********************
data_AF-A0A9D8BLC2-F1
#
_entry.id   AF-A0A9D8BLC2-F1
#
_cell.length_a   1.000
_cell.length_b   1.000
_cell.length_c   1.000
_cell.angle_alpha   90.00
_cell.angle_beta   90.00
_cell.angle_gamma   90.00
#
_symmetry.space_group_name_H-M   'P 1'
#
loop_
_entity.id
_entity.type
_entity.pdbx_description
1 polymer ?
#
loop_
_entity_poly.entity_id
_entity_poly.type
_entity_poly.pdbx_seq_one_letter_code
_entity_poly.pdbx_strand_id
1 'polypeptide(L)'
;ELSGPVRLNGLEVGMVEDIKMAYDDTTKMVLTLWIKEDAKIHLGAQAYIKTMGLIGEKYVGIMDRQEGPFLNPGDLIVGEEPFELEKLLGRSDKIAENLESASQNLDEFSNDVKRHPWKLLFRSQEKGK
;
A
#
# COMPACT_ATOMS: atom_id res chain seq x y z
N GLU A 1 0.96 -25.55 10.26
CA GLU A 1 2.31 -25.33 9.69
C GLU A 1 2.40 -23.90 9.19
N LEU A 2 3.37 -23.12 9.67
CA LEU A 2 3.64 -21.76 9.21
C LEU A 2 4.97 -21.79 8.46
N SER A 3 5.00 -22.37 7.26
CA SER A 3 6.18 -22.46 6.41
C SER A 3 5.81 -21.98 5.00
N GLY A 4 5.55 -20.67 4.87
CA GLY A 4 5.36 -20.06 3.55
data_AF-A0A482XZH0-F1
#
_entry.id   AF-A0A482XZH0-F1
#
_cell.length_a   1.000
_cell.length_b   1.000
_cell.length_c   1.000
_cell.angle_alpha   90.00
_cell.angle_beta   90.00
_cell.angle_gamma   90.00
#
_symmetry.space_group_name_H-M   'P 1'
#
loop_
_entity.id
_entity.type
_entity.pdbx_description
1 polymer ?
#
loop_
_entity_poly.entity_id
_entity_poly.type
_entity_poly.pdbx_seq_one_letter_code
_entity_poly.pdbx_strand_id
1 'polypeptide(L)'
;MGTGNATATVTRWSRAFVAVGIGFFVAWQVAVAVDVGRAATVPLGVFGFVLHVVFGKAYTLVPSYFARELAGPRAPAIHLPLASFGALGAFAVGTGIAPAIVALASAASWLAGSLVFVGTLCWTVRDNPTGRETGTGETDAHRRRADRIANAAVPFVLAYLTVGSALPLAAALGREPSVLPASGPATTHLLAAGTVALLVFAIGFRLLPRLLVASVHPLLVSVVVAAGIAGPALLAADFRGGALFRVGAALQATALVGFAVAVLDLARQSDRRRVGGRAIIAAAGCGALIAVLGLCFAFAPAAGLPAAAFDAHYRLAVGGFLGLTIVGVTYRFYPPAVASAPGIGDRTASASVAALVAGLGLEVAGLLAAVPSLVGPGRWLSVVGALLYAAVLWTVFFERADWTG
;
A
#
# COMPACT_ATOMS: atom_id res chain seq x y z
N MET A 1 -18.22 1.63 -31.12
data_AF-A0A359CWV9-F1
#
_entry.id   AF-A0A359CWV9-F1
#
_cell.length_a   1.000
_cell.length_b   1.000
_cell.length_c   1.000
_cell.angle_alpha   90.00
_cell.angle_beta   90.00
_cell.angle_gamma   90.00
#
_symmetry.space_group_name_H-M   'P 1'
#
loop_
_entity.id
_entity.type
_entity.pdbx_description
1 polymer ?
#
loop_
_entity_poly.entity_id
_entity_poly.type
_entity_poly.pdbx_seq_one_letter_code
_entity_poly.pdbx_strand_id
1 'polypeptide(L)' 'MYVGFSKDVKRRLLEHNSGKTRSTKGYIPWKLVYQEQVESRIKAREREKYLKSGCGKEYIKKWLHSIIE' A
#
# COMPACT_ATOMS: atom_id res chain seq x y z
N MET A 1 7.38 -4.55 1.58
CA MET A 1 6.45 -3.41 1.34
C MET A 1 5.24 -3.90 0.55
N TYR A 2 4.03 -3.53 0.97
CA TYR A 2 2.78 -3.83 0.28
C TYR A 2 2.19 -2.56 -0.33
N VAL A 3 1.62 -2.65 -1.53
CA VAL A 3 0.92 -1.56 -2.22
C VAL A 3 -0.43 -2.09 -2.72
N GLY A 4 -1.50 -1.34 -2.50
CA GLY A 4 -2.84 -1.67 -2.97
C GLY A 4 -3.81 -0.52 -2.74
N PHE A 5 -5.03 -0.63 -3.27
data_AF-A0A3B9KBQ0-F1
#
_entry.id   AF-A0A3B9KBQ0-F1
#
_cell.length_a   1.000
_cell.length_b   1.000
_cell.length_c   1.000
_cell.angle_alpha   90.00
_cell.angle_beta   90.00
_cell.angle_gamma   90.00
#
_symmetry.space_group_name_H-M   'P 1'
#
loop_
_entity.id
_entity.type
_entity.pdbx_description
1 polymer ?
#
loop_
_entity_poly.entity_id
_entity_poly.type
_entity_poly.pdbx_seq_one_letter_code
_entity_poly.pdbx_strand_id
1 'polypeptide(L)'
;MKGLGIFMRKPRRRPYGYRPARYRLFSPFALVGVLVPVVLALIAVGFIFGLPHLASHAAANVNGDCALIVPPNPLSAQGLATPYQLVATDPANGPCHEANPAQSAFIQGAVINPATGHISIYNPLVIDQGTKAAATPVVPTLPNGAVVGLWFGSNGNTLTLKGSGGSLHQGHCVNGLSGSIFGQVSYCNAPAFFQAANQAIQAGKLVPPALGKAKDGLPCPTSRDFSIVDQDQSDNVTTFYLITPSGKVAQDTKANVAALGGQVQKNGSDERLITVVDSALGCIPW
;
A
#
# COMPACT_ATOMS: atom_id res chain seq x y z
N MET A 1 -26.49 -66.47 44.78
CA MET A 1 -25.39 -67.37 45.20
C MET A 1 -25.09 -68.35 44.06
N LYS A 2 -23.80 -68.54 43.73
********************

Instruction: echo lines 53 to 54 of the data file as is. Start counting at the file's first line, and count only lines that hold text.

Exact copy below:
_symmetry.space_group_name_H-M   'P 1'
#